Minaj's ex-fiancée, Safaree Samuels, is seeking compensation for his contributions to Minaj's success throughout their relationship. Samuels claims to have significant proof of his contributions and he threatened legal action in order to obtain a share of the proceeds from her record sales.
One gossip site suggested that Minaj might be considering settling to avoid additional penalties that could ensue if the matter were to proceed to court.
If Samuels's case were brought in an Ontario family court, Minaj and Samuels would both be wise to consider the potential costs associated with resolving the matter through litigation. Minaj would also be wise to consider the potential outcome of the case as well as the corresponding cost consequences of failing to settle the matter out of court, especially if the court does not rule in her favour.
Rule 24(1) of the Family Law Rules states the presumption that the successful party is entitled to have his or her costs paid by the other party. This means that, in addition to paying her own legal fees and any support or property amount the court awards Samuels, Minaj could also have to pay Samuels's legal fees.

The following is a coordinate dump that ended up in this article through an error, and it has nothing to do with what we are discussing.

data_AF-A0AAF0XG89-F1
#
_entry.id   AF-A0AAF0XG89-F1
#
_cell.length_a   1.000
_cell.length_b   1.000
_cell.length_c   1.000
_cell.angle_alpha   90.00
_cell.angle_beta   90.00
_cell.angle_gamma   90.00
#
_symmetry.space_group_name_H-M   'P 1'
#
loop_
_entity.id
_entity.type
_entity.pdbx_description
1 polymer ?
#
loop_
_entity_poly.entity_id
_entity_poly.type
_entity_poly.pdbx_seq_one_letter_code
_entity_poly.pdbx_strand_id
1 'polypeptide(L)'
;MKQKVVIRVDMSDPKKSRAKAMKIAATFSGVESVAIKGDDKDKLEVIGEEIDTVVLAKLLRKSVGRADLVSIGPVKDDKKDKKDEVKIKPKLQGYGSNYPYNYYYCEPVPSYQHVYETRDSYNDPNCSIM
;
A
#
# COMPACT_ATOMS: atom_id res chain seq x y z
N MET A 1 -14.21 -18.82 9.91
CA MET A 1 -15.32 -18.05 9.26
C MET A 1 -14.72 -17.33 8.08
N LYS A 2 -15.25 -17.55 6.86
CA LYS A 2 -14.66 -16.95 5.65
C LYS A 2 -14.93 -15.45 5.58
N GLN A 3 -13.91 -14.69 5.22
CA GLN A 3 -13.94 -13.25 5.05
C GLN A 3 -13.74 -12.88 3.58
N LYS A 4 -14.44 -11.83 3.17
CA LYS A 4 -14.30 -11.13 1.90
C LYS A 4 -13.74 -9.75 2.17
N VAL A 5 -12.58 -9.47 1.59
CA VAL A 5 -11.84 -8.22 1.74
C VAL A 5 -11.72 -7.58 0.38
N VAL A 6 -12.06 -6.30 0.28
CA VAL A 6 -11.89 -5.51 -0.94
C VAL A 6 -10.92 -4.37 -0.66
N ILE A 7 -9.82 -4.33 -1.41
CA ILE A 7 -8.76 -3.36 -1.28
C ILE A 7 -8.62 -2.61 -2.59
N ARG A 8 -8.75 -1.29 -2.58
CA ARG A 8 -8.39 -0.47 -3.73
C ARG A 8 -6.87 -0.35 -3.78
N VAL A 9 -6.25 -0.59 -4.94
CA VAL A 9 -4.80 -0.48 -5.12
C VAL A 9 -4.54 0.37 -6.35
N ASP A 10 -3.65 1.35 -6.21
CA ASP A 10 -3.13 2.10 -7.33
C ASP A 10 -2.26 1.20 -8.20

Further, Rule 24(4) gives courts discretion to order costs against any party who has behaved unreasonably during the proceedings even if he or she succeeded in court. This means that even if Minaj succeeded in court, she could still be ordered to pay Samuels's costs if the court found her behaviour unreasonable during the proceedings.
Pursuant to Rule 24(5), the following are considered when determining if a party has behaved unreasonably:
- his or her behaviour in relation to the issues, including whether or not he or she made an offer to settle the matter, starting when the issues arose;
- how reasonable his or her offer was if he or she made an offer to settle; and
- whether he or she withdrew any offer he or she made or failed to accept any offer made by the opposing party.
Accordingly, a Respondent facing claims like those Ms. Minaj is facing can reduce their risk of having to pay costs by making a reasonable offer to settle the matter and considering accepting reasonable offers from the opposing party.